In difficult economic times, setting your brand/product apart becomes more important than ever (brand differentiation). Often, this is accomplished through in-store promotions via sampling, discount coupon offerings, and other brand incentive offerings. However, is this really the route to take when trying to generate a new or stronger (loyal) customer base and build a strong relationship with the retailers? Let’s look at some of the basic pitfalls of this type of approach.
In-store sampling or incentive discount offerings to those who are already shopping at a given retailer can inspire customers to try your product and, perhaps, ultimately switch to your brand/product. This may be well and good for your brand/product but, ultimately, does little for the retailer. It does nothing to enhance retailer customer base and therefore, does nothing to forward his ultimate end of bringing in new customers and new dollars and growing. In-store pet food solicitation merely switches current customer dollars from being spent on one product to another. The end result is simply a product swap and, in the case of lower margin from one product/brand to the next, perhaps evens a loss.
Word of mouth (WOM) advertising is generally agreed upon to be the strongest driving force in customer loyalty to a brand or product. In store marketing programs while they may encourage customers to temporarily switch to your brand and, even eventually stick with it, does little to reinforce the sort of grass roots brand recommendation/advocacy that is at the heart of WOM advertising. A customer who is ready and willing to switch brands based on one discount incentive offering or an in-store sample is not showing the kind of brand/product loyalty that is going to ensure a long term relationship with a manufacturer and is not likely to produce the type of WOM that builds a new customer base built on product quality and integrity. This type of customer - one is easily swayed to your product - one day can be just as easily lured away by a better incentive from another manufacturer at a future in-store promotion. In the pet food industry, where competition is fierce and new product lines are quickly put on the shelf and duplicated, an attitude of “what are you going to save me today?” develops and customer loyalty is fickle at best.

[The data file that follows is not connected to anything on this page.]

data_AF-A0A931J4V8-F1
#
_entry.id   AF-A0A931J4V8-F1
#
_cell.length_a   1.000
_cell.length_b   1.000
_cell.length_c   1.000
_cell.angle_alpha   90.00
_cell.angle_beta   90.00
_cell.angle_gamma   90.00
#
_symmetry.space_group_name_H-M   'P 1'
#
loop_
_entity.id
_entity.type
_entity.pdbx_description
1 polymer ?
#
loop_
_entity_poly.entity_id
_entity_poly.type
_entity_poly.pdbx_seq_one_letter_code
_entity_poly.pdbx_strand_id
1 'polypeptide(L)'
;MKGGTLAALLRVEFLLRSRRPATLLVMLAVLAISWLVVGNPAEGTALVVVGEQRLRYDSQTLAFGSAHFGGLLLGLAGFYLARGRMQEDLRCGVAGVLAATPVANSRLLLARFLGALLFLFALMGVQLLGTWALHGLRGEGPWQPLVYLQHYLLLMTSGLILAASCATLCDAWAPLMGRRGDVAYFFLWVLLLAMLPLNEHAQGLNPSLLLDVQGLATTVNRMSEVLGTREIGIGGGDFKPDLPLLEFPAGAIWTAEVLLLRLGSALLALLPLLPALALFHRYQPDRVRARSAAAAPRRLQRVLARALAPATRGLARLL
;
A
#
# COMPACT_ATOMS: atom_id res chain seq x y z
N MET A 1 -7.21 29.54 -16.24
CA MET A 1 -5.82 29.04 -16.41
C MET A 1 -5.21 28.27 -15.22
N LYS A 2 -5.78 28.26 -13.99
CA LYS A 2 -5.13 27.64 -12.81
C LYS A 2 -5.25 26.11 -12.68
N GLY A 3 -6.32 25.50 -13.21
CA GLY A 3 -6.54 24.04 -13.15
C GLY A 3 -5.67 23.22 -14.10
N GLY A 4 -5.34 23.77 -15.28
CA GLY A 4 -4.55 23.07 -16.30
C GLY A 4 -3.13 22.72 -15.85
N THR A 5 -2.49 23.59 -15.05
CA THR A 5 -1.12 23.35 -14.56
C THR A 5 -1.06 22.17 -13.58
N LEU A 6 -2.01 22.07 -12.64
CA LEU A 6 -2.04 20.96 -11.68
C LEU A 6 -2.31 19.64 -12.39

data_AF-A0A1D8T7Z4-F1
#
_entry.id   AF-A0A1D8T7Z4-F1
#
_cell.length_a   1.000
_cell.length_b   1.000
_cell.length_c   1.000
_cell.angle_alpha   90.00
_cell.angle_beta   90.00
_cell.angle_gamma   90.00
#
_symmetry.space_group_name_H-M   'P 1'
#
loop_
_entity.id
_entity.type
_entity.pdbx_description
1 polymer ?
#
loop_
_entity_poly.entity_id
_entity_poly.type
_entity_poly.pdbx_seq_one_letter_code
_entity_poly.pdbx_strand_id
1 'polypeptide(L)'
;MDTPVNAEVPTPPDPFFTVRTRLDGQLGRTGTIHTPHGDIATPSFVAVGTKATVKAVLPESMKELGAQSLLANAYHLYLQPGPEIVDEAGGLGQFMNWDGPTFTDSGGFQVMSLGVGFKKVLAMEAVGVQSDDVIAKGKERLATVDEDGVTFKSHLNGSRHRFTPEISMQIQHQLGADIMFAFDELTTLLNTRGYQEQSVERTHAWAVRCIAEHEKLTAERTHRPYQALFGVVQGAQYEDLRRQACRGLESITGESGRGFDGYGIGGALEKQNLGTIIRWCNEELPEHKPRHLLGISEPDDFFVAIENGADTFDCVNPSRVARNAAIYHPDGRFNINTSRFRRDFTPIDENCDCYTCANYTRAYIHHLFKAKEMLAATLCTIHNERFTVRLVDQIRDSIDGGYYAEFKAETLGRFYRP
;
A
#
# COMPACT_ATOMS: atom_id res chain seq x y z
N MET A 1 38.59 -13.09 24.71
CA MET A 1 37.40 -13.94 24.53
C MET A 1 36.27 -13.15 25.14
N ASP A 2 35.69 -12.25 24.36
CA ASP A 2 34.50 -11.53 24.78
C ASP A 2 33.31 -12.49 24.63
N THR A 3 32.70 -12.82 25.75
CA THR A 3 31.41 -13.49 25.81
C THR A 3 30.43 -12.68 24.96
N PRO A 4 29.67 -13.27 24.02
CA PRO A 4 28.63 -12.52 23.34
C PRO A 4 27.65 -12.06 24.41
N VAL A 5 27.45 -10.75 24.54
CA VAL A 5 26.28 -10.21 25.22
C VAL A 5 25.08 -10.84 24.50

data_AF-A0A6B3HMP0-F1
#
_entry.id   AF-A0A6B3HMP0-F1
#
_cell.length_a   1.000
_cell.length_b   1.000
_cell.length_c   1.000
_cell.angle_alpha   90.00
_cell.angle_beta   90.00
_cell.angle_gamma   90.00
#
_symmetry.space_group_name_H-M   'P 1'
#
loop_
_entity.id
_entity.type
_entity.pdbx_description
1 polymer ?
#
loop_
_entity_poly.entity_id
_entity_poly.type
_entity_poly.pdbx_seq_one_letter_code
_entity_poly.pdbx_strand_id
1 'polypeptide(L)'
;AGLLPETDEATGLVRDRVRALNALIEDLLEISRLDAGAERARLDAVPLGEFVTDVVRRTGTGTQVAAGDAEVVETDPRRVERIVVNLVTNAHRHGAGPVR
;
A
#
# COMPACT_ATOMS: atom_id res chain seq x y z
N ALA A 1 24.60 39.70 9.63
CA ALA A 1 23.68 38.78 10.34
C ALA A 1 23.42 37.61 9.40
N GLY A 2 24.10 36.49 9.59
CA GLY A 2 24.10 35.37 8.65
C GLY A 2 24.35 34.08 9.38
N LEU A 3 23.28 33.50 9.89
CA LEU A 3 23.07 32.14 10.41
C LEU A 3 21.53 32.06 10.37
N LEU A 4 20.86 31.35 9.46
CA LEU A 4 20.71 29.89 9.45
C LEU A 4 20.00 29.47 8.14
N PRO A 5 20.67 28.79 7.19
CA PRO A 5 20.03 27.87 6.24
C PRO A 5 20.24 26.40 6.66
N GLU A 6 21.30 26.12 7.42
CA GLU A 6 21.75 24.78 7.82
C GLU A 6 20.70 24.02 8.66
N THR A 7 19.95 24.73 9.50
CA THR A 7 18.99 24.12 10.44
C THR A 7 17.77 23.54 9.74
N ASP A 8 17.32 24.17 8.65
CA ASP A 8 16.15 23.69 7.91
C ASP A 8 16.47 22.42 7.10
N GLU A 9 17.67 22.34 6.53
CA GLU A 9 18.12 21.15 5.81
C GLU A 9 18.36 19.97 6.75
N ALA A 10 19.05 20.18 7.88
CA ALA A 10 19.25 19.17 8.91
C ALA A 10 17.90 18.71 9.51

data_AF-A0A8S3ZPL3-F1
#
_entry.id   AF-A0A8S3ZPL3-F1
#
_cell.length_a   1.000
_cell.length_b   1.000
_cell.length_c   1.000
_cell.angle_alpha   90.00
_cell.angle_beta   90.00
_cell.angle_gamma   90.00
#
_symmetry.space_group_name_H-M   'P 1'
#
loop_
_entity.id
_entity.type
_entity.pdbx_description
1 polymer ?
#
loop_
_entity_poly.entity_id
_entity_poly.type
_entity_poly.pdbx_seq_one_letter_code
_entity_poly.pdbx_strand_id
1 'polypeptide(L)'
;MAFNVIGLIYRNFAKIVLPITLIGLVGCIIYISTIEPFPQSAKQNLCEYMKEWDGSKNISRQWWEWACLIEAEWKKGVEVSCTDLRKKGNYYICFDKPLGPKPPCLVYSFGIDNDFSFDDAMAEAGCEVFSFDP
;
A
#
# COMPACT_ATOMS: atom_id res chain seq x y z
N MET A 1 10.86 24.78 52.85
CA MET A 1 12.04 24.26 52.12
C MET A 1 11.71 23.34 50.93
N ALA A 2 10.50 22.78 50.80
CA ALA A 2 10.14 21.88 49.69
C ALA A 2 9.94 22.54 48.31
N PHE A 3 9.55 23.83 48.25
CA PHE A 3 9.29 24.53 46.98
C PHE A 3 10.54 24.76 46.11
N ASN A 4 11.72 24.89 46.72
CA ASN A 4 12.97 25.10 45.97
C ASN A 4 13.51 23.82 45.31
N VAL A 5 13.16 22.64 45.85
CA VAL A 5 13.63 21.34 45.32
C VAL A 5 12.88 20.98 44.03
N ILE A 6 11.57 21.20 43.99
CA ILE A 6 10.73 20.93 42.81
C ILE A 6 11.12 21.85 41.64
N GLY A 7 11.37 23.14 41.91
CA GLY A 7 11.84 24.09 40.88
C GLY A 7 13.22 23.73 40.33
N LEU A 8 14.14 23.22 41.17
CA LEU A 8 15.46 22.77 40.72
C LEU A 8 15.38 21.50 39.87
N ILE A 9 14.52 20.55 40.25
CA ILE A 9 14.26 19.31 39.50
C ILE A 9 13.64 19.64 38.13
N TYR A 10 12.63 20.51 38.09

Finally, and just as importantly, no retailer/manufacturer trust is built through these programs. Again, few, if any, new retailer customers are generated and actual purchase dollars can actually be diminished. Further, trust in brands/products and retail stores are effectively built through loyalty and consistency. If a retailer recommends a product one week and the next week, sides with the in-store promoter (even if by merely by allowing the in-store promotion!), the trust that has been built by the retailer and confidence in a brand/product is lost. This can result in a loss of loyalty to the retailer on the whole and the customer simply following the “best deal in town” trail.